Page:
In 1930 Shannon trained in Johnny Cusack's high field on the Corbally Road. The field was between Cooney's garage and Van Esbeck's house. It was six feet above road level and, when it was levelled in 1931 to make up the road to the new bridge, we then moved between the Island Field and Paddy’s hedge where Richmond Park now stands.
In 1934 / 35, our Golden Jubilee year, we had difficulty fielding a team. We met Garryowen in the Munster Junior Cup. We played three matches and they finally beat us by a penalty goal in the third match. We had only 16 or 17 players for the three matches. I know four or five of their players were from the "parish". The penalty goal that beat us in the third match was kicked by that great Kerry footballer, Johnny Walsh. It worried us that at half time in the three matches that there were nine or ten ex-Shannon players coaching the Garryowen team. This must have influenced the late Willie Gleeson when composing his famous song 'Roll along Shannon Forwards', part of which goes:
Yippy, yip, 'old timers',
Coaching on the field won't do,
Ye all know from long experience,
How hard it is to beat the Black and Blue.
We had a feeling at that time that we were playing for more than the Junior Cup. We were playing for our very existence.
In 1936 we moved to Egan's field at the bottom of the Mill Road before any houses were built there. Here we had our first pavilion with plenty of running water. The pavilion was a 10ft X 8ft hut, and the running water was the nearby Shannon river. We were luck enough to win our first City Junior Cup in 1936 and the Transfield Cup in 1937/38.
The highlight of those times was the away games to Nenagh and the trip on Flannery's bus. We were put up in the Ormond Hotel in Nenagh which had two bathrooms (no ensuite). We made the most of it, as this was the only bath we had for the year. (no one had bathrooms in houses at that time - we used the great outdoors).
At this time, in the run up to a cup match, we ran on the Island Bank two or three nights a week. You were taking your life in your hands as you might run into a cow or an ass. You never knew which in the dark.
In 1939 we trained in Ballynanty, over the wall from Thomond Park. Also in that year we won the Munster Junior Cup in Cork, beating Cork Constitution.
In 1940 we finally arrived at Thomond Park. We celebrated this move by winning the Munster Junior Cup, the Transfield Cup and the Charity Cup. At the time there was a lot of secrecy surrounding the signing of the lease on Thomond Park. When it finally happened plenty of people had comments to make such as 'Who gave ye permission to go to Thomond Park. It is OUT too far'. Christy Quilligan replied to the second comment: ' It won't be long before people are coming IN to Thomond Park instead of going OUT.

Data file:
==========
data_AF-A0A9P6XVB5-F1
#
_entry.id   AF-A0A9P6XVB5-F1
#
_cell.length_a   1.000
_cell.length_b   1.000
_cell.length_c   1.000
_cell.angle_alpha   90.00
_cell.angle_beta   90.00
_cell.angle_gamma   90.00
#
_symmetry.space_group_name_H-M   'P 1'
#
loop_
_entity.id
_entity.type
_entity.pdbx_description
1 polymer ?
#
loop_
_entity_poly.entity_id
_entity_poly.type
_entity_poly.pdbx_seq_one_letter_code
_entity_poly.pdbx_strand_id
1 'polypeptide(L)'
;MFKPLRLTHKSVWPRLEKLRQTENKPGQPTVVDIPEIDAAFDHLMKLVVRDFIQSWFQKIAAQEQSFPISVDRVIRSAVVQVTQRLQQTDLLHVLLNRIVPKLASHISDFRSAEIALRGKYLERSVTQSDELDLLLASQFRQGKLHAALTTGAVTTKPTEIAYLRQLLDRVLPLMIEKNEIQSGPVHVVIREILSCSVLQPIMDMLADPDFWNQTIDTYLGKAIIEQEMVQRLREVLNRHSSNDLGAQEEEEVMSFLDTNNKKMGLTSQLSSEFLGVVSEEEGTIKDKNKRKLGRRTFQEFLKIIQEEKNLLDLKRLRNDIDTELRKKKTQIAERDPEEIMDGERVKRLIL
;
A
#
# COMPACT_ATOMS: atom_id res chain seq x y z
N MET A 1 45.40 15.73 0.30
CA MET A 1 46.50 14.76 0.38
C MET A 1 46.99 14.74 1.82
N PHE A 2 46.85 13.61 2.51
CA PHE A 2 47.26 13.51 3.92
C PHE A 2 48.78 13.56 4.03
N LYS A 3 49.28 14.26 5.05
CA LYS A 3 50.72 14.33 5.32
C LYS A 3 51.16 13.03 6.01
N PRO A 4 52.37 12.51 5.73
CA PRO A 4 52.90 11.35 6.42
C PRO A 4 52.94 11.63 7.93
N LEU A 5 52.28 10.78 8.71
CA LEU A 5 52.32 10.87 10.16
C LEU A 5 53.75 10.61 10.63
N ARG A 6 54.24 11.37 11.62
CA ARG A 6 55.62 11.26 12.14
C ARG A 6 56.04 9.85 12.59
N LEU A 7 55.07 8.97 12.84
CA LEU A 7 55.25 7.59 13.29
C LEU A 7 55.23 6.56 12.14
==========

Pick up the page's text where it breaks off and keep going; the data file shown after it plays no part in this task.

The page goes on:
When we arrived at Thomond Park there were two dressing- rooms under the stand, one on each side of the showers. Toilets and the boiler-houses were out the back. The fact that the war was on a this time, meant we had to supply two bags of turf to Jock Morrisson, the grounds-man, for the boiler or we would not have had any hot water for showers after home matches. With all the timber seating and timber partitions this was a time-bomb of ever there was one. There were no health and safety standards then - on or off the pitch. We got permission from the Munster Branch to break a doorway in under an unused part of the stand at the end of one of the dressing-rooms. We levelled the clay and drove a few nails into the walls to hang up our clothes. This continued to be used, more or less, until the present pavilion was opened in 1967.
After an AGM of that year was held in the City Court House the late Christy Quilligan and I were asked to go to the bank to get a loan of £15 to start up the season. We were seated at the end of a long table. The bank manager sat at the other end tapping his pencil on the table examining our file.
'What do ye want £15 for?' he said after a while.
'We want a set of jerseys for £7.10s' says Christy.
'Ye had a set of jerseys two years ago' the bank manager replied.
'What happened to them?'
'John Joe Cleary’s mother is nearly blind from stitching pieces together.
'As a matter of fact she had run out of pieces'.
'What else do ye want?' he asked.
'We need a ball for £1'
'But ye had a ball last year'.
'When the ball is kicked into the hawthorn bushes it gets punctured and the Match has to be abandoned'.
'What else do ye want'? he said.
'We want £5 for the rent of the field.'
'Ye're not thinking of buying it are ye?
What do ye want the other £1.10s for?’
' we want to buy a first aid box and a few other things'.
'Are ye thinking of killing someone ? ' he asked.
After much humming and hawing he decided that he would give us the £15 for the club. We got up to make for the door when he called us back.
' Hold on ' he said. ' We are not finished yet. Ye can't spend one penny until ye get two guarantors to sign for this money'. We got the two - the late John O'Connor (butcher) and the late Frank Keane (baker).
The club has gone from strength to strength since those days and the move to Thomond park has proved an astute decision, but those days before Thomond Park will always be remembered with great fondness.